The downward revision of the projection to 7% is startling, as a similar survey three months back had pegged the median forecast for growth at 7.6% in FY11-12 and at 7.7% in FY12-13.

“Growth in 2011-12 is moderating more than what was expected earlier. The business climate has weakened. The slack in investment and net external demand may keep the pace of recovery slow in 2012-13,” a statement from the RBI said.

The RBI pointed out that the manufacturing sector’s reliance on global demand, investment uncertainty and high interest rates were denting the growth.

Volatility in the exchange rates, which affects fund flows and company bottomlines, is a challenge as the country enter the next fiscal, the RBI said, noting there were some positives in the resolution of structural issues faced by the economy.

On inflation, which has been above the comfort level—prompting prompted 13 consecutive rate hikes by the Reserve Bank from March 2010 till October last year—the survey said average Wholesale Price Index (WPI) inflation for the whole fiscal will be 8.8%.

The RBI has given a guidance that WPI inflation, which stood at 7.5% in December 2011, will cool down to 7% by March 2012.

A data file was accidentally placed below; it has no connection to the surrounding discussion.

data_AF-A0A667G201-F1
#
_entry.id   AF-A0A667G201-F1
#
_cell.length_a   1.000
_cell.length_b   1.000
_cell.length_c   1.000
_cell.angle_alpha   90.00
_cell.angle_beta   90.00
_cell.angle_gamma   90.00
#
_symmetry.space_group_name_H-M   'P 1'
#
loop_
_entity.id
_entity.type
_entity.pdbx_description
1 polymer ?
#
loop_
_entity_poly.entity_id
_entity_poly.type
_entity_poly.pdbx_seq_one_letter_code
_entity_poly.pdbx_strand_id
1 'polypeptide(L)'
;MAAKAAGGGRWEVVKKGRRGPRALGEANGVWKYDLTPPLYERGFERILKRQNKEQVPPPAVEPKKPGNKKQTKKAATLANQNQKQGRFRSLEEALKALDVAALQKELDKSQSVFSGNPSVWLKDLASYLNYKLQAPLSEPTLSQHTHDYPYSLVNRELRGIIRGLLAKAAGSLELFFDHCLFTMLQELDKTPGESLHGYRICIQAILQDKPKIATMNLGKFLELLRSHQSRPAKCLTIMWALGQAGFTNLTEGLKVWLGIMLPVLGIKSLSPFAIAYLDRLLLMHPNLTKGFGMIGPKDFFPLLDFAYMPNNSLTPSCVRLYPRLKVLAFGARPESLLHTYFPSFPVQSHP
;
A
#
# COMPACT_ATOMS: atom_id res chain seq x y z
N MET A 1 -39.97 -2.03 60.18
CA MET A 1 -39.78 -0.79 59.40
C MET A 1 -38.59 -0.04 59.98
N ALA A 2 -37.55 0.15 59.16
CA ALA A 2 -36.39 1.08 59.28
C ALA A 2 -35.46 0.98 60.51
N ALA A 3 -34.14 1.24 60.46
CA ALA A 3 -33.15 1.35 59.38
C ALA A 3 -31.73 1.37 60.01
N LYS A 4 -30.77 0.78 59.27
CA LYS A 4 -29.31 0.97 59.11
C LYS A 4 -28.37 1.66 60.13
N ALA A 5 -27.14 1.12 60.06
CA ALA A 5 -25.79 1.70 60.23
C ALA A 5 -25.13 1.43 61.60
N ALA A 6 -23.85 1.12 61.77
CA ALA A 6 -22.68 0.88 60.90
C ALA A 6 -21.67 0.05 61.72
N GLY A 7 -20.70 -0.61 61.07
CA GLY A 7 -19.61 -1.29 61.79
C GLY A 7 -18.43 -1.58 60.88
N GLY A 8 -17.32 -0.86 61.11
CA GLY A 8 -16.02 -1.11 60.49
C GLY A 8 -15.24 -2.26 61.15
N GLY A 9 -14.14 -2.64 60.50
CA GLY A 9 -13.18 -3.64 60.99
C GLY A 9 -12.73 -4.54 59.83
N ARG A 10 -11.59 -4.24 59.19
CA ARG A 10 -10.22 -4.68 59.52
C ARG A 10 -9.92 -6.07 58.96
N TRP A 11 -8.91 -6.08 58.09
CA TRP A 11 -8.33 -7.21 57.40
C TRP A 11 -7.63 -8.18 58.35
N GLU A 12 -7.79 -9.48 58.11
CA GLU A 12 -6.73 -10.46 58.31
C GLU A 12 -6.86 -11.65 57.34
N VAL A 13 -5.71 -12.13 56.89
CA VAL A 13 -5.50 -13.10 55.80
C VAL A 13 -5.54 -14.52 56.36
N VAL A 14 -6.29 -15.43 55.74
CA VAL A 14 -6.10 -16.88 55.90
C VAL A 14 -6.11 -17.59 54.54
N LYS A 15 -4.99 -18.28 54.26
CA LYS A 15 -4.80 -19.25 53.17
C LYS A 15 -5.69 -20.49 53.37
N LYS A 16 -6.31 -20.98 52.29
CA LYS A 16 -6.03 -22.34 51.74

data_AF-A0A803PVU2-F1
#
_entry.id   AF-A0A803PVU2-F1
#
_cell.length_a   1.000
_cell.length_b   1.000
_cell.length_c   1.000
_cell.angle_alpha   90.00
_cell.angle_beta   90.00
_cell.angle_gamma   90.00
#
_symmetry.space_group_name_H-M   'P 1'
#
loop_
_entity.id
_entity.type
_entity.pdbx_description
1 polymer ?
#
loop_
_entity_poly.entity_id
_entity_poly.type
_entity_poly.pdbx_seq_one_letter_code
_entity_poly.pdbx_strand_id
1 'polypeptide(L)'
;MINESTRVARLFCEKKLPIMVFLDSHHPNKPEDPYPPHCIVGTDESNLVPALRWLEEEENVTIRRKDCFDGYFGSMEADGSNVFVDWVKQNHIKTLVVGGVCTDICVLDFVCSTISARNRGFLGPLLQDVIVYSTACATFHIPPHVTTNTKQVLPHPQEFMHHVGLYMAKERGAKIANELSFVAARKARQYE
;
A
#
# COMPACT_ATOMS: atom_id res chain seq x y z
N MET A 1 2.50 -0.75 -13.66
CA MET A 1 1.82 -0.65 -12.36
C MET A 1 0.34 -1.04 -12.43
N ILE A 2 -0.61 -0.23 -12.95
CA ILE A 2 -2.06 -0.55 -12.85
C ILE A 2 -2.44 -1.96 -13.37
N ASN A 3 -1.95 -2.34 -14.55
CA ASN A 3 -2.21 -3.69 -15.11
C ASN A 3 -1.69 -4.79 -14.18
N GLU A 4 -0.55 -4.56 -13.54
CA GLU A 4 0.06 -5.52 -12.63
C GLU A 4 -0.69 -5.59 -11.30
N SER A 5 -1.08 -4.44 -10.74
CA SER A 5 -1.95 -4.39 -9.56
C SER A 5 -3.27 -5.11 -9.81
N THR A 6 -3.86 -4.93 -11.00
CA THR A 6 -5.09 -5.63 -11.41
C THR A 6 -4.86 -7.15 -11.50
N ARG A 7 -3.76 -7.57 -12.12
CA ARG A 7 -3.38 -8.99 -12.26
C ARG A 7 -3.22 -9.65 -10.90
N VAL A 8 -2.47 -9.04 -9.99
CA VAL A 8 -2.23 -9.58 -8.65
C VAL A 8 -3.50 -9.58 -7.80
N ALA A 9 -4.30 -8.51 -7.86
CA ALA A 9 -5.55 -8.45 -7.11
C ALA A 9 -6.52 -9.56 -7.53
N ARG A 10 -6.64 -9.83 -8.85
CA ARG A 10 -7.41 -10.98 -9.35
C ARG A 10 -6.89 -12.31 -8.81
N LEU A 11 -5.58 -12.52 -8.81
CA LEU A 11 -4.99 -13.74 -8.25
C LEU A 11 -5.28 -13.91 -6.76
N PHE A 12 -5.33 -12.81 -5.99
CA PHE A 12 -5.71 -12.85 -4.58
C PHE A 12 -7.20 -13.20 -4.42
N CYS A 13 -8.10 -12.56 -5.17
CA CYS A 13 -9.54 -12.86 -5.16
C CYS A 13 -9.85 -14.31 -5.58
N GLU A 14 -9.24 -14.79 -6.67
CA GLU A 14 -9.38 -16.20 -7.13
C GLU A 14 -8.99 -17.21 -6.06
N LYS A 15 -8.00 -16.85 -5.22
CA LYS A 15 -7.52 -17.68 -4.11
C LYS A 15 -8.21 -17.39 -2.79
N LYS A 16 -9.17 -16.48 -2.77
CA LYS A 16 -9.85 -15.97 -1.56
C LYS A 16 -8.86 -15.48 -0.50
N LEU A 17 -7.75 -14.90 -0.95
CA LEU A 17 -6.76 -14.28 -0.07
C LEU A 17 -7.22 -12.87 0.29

In its Macroeconomic and Monetary Policy Developments report released ahead of the policy review on Tuesday, the RBI said the sentiment of the industry also remains weak.

“Weakening demand, increased global uncertainties, lower availability of credit and higher input costs are seen to be the significant factors affecting the overall business sentiment,” it said.

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RBI pitches for reforms to contain fiscal deficit

Unless fiscal reforms are expedited, the Centre could miss the rolling target of fiscal deficit at 4.1% of the GDP for 2012-13 as set out in 2011-12 Budget, the RBI said in a macro-economic review of the economy

Mumbai: The Reserve Bank of India (RBI) on Monday pitched for expediting economic reforms including reduction of subsidy and implementation of the Direct Taxes Code (DTC) and Goods and Services Tax (GST) to contain the fiscal deficit which is expected to exceed the Budget estimate, reports PTI.